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Thursday, 24 February, 2000, 16:33 GMT
Mozambique: How disaster unfolded
Map showing affected area of Mozambique
Cyclone Eline struck after widespread flooding
Hundreds of thousands of people have been made homeless in Mozambique's worst flooding in 50 years.

It could take years to rebuild the infrastructure damaged by a tropical cyclone and three weeks of severe floods.

9 February

Flood damage in Mozambique
Towns and villages have been cut off
The floods started on 9 February with heavy rainfall across Southern Africa. In South Africa, 26 people were killed while the military had to airlift foreign tourists cut off by floodwaters in the Kruger National Park.

But southern Mozambique bore the full impact of the rains and rising waters. In the capital Maputo tens of thousands of people were forced to flee their homes. The worst hit were people living in makeshift homes in the slums around the capital.

Further north, hundreds of thousands of people were left homeless in Gaza province.

Roads, homes, bridges and crops were destroyed. Electricity supplies were disrupted and towns left without clean water supplies after their pumping stations were swept away.

Flooding in Sofala made Mozambique's main north-south road impassable, cutting transport links between the capital and the second city, Beira.

11 February

By 11 February more than 70 people are reported to have died in southern Africa as a result of the floods. In Swaziland, the capital Mbabane is left without drinking water.

Southern Botswana receives 75% of its average annual rainfall in three days as the rains move westwards.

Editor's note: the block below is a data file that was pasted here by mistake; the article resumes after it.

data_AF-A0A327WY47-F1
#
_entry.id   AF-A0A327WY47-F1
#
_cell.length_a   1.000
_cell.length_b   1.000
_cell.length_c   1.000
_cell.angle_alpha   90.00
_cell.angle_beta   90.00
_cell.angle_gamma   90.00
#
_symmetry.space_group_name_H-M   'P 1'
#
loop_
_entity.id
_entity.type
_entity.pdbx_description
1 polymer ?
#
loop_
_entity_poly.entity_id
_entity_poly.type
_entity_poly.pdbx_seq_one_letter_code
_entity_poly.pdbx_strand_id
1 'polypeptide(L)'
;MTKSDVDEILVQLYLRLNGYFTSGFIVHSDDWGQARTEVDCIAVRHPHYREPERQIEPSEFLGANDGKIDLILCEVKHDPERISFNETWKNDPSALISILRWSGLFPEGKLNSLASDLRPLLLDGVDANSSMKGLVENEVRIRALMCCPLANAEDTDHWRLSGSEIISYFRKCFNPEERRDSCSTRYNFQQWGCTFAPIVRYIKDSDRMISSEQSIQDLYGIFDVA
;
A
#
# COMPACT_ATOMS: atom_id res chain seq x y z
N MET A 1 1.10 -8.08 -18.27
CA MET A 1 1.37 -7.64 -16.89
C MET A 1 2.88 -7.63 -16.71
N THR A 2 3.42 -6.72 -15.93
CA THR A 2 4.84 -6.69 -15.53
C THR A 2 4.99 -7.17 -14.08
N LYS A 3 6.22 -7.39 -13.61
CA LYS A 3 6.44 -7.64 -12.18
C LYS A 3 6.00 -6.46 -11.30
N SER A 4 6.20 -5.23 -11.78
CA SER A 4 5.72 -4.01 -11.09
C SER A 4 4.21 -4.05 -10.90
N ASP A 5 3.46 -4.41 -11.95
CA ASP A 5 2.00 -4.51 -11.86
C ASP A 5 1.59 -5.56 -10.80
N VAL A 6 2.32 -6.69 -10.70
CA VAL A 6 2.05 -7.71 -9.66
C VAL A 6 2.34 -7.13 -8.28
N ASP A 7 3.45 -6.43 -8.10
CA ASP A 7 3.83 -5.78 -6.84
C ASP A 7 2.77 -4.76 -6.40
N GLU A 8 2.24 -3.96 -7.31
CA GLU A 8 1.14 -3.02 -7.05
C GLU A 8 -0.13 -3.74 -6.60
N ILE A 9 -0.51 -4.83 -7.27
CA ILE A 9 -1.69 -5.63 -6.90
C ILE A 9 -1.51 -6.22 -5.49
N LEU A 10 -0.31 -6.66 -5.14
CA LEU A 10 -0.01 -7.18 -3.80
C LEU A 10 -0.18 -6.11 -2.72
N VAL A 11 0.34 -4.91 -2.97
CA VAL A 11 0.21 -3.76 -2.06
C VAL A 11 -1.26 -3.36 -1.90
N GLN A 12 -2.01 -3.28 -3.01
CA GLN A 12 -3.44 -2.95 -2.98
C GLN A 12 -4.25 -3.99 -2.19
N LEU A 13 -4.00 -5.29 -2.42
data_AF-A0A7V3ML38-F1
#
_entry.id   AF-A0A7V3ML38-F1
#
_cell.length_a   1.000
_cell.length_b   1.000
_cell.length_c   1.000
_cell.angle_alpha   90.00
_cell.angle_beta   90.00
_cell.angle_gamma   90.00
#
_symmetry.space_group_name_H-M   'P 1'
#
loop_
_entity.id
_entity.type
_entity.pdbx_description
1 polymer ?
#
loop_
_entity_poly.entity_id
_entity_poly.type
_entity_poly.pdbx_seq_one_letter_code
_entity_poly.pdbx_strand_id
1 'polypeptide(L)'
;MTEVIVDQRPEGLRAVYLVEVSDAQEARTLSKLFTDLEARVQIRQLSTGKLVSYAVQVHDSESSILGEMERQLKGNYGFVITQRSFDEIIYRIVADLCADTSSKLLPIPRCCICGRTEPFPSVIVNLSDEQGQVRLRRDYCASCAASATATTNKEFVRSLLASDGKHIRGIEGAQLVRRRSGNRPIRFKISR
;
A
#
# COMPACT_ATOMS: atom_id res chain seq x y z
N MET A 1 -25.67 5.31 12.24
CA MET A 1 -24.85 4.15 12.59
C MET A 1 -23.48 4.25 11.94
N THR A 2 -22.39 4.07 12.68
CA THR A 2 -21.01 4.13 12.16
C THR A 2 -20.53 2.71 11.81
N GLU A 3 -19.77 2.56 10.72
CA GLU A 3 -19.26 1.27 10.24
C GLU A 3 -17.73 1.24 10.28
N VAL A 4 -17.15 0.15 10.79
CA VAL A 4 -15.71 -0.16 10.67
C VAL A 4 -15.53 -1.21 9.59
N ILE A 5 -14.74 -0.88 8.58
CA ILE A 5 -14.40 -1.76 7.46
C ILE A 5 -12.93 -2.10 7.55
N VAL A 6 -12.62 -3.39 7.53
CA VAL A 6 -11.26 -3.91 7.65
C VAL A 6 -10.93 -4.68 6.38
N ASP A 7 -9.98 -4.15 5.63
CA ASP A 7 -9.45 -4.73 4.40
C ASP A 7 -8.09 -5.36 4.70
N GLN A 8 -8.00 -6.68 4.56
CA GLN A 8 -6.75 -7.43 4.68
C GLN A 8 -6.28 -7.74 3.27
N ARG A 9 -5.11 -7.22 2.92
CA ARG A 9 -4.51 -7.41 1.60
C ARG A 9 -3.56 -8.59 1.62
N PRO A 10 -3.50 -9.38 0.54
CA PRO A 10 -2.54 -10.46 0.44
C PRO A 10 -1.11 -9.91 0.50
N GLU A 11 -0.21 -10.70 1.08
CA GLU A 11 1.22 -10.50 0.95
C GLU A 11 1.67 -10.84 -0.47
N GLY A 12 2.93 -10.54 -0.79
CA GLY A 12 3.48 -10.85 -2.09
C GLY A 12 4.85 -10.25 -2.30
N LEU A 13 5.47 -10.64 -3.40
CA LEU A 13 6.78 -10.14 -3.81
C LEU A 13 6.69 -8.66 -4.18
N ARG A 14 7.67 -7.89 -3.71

As flooding and torrential rain continue, fears grow for the health of those made homeless. United Nations officials say the lives of 150,000 people are in immediate danger from lack of food and disease.

Many families in the Limpopo Valley north of Maputo are hit by outbreaks of dysentery. There is severe flood damage when the swollen Limpopo River bursts its banks.

22 February

There is worse to come. On 22 February, the full force of tropical Cyclone Eline hits the Mozambique coast near the central city of Beira - just north of the areas already devastated by the first floods. Winds measure 260km/h (160 mph).

By this time some 23,000 people have lost everything and the South African air force is flying aid to people trapped by floods.

Southern Africa normally faces a rainy season at this time of year but these storms have been unexpectedly heavy.

24 February

Heavy rainfall and swollen rivers in the rest of southern Africa threaten to bring more water into Mozambique, where large parts of the country remain under water.

The UN says $13m is needed for urgent relief supplies and the government asks for more than $65m to help to rebuild the country's roads, bridges and power supplies.

27 February

Flash floods inundate low farmlands around Chokwe and Xai-Xai in Mozambique.

2 March

Aidworkers estimate 100,000 people need to be evacuated and around 7,000 are trapped in trees. Many have been there for several days, without food and water.

Floodwater levels are said to have risen from four to eight metres (more than 26 feet) in five days.

The international community begins to send in reliefworkers and helicopters.

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See also:

23 Feb 00 | Africa
Misery deepens for Mozambique
23 Feb 00 | Africa
Mozambique: Worst still to come
11 Feb 00 | Africa
Africa's flood misery
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